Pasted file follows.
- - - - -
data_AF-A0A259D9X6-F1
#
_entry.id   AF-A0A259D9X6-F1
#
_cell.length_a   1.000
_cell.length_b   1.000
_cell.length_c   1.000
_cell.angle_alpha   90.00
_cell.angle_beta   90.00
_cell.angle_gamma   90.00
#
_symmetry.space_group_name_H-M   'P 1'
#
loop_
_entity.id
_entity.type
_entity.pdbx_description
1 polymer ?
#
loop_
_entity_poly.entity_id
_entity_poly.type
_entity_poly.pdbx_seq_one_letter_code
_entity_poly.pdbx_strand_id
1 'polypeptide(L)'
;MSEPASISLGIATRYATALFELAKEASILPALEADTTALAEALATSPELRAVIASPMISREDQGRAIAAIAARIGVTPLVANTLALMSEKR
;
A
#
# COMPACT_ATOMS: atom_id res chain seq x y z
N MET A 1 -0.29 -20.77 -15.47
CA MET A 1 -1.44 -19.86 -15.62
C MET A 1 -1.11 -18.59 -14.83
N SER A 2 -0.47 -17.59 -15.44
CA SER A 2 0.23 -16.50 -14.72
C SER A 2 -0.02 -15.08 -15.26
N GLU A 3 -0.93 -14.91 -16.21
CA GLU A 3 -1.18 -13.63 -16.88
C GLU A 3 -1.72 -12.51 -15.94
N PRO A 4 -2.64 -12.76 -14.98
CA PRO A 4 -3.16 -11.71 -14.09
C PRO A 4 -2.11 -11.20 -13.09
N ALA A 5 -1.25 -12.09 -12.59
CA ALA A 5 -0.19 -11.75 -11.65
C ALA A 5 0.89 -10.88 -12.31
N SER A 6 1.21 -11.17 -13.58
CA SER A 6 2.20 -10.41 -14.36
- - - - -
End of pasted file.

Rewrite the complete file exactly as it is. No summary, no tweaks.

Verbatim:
data_AF-A0A259D9X6-F1
#
_entry.id   AF-A0A259D9X6-F1
#
_cell.length_a   1.000
_cell.length_b   1.000
_cell.length_c   1.000
_cell.angle_alpha   90.00
_cell.angle_beta   90.00
_cell.angle_gamma   90.00
#
_symmetry.space_group_name_H-M   'P 1'
#
loop_
_entity.id
_entity.type
_entity.pdbx_description
1 polymer ?
#
loop_
_entity_poly.entity_id
_entity_poly.type
_entity_poly.pdbx_seq_one_letter_code
_entity_poly.pdbx_strand_id
1 'polypeptide(L)'
;MSEPASISLGIATRYATALFELAKEASILPALEADTTALAEALATSPELRAVIASPMISREDQGRAIAAIAARIGVTPLVANTLALMSEKR
;
A
#
# COMPACT_ATOMS: atom_id res chain seq x y z
N MET A 1 -0.29 -20.77 -15.47
CA MET A 1 -1.44 -19.86 -15.62
C MET A 1 -1.11 -18.59 -14.83
N SER A 2 -0.47 -17.59 -15.44
CA SER A 2 0.23 -16.50 -14.72
C SER A 2 -0.02 -15.08 -15.26
N GLU A 3 -0.93 -14.91 -16.21
CA GLU A 3 -1.18 -13.63 -16.88
C GLU A 3 -1.72 -12.51 -15.94
N PRO A 4 -2.64 -12.76 -14.98
CA PRO A 4 -3.16 -11.71 -14.09
C PRO A 4 -2.11 -11.20 -13.09
N ALA A 5 -1.25 -12.09 -12.59
CA ALA A 5 -0.19 -11.75 -11.65
C ALA A 5 0.89 -10.88 -12.31
N SER A 6 1.21 -11.17 -13.58
CA SER A 6 2.20 -10.41 -14.36